The Institute of Environmental Science and Research (ESR) is helping to lead the way in addressing the gender gap if the numbers of women scientists on its staff are anything to go by.
At ESR, women make up 63 percent of the workforce, with 80 percent of ESR’s laboratory technicians being female.
International data shows less than 30 per cent of the world’s researchers are women.
Today (February 11) is International Day of Women and Girls in Science.
In New Zealand, and internationally, there has been a drive over the past 15 years to inspire and engage women and girls in science.
However, research shows they are still excluded from participating fully in science with long-standing biases and gender stereotypes putting girls off science related fields
One of ESR’s newest scientists, Charlotte Gilkison, says she was very surprised by the number of women on the staff when she joined ESR last year.
“It is really encouraging.”
An epidemiology analyst, Charlotte (25) says she is loving the work.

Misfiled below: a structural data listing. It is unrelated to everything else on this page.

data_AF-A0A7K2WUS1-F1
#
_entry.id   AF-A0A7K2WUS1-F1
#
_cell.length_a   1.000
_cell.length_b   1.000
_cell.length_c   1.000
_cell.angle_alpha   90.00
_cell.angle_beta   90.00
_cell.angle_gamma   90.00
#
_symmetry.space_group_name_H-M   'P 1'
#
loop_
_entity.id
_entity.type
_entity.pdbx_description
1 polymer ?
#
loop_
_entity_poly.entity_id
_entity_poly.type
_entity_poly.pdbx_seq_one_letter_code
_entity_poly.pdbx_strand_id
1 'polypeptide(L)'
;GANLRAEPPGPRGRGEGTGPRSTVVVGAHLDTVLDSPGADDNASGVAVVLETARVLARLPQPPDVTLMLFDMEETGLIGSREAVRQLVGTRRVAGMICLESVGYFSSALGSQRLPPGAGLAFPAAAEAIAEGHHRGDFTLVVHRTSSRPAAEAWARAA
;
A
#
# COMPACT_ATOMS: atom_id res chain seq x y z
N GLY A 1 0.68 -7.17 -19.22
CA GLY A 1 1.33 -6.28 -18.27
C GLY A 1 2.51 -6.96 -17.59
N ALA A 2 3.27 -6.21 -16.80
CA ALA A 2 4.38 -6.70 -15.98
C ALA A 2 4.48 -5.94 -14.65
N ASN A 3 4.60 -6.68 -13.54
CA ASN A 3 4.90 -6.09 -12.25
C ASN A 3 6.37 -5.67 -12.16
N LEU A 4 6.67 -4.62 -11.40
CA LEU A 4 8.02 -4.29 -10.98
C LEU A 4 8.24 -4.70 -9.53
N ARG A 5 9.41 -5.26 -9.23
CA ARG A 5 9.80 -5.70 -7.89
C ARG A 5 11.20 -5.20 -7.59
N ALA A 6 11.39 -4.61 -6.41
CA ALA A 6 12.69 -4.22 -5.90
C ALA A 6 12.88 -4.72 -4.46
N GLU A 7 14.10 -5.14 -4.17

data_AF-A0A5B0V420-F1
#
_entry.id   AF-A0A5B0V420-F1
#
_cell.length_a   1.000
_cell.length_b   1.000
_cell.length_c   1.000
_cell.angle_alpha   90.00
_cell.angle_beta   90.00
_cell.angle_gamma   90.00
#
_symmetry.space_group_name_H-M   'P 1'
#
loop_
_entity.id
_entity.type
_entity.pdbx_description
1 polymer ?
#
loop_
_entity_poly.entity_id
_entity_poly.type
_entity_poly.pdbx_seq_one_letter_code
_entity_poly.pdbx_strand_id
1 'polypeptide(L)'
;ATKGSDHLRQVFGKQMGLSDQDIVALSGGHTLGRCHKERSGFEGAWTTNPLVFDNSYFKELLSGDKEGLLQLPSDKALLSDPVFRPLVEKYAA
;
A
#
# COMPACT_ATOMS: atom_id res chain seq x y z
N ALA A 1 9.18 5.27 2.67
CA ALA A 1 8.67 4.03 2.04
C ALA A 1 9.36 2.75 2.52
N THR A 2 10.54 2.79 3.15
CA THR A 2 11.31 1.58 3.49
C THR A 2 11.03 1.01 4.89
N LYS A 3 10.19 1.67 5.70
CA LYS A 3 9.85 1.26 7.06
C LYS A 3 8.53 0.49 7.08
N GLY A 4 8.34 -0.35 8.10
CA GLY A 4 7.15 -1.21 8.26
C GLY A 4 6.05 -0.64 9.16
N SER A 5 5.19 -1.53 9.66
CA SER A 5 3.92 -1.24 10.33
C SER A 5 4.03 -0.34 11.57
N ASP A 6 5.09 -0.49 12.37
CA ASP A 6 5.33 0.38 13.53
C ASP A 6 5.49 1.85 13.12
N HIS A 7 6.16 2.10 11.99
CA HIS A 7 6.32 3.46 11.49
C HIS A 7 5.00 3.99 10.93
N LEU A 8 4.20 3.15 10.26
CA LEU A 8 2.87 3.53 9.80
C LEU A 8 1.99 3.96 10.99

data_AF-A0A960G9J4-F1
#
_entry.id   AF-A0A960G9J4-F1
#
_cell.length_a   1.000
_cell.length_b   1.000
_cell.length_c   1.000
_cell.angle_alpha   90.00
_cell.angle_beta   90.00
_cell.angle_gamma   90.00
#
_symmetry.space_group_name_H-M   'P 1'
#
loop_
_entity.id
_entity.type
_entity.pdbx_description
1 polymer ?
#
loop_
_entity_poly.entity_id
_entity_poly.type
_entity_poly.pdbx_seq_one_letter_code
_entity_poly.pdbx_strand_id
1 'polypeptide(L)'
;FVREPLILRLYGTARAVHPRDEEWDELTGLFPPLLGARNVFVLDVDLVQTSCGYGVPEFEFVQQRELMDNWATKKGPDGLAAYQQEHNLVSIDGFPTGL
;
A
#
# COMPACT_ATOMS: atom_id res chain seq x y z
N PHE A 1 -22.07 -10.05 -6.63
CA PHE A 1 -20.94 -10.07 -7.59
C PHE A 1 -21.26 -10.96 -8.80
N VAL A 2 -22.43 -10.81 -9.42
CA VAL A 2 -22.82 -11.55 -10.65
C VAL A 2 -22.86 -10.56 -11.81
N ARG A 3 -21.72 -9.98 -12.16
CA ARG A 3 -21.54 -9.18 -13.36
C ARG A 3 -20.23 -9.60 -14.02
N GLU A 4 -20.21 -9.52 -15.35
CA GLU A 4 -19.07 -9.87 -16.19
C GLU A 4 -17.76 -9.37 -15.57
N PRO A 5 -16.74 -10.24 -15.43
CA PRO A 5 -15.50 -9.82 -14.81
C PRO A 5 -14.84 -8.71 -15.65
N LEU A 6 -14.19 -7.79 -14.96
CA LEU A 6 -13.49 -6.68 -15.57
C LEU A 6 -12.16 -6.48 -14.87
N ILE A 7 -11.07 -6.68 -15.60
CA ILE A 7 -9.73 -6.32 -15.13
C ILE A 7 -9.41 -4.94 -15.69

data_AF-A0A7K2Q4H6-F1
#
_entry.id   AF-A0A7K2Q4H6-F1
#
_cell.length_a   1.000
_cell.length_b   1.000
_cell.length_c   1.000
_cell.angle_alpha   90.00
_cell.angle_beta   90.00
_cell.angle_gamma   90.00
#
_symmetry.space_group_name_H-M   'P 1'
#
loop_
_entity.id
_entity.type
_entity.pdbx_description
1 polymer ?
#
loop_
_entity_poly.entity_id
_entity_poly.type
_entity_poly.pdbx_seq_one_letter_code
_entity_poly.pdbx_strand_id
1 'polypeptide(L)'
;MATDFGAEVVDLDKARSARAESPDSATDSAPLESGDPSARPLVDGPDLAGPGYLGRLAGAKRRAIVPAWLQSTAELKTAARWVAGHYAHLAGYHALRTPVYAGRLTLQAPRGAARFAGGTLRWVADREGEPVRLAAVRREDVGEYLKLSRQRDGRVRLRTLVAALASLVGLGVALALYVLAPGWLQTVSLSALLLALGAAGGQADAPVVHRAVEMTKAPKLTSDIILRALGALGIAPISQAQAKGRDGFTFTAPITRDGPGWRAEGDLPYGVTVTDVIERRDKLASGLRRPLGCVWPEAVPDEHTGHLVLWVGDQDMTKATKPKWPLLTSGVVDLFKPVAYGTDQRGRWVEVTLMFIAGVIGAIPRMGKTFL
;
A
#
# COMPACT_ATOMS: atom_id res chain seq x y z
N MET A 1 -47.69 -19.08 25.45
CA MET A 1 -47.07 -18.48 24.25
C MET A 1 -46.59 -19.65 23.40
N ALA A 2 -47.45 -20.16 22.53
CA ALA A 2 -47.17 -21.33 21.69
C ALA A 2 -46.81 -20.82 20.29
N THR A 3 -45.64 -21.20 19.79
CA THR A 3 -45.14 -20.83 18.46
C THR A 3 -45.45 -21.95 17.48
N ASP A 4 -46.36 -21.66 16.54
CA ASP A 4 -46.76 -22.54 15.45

She says she didn’t particularly feel encouraged to take up sciences at secondary school with a view to working in science.
“I’ve always loved science. At college, I took biology, chemistry and physics. But it felt like I and other girls in my year were pushed towards more traditional careers, such as nursing.
“High school was not good at pointing the way to jobs in science. But, I followed my interest. When I started tertiary study I was put off by the thought of lab work, which didn’t appeal to me, but I persevered and discovered a passion for microbiology.”
Charlotte says she hasn’t found that she has been treated any differently from male counterparts.
“Not at university. But after I graduated what I did find was that I just lacked the confidence when it came to applying for work. My male peers seemed to have no second thoughts putting themselves forward for jobs, while it was a little harder for me.”
She says she’s very happy with the choice she made and has discovered there are a wealth of opportunities.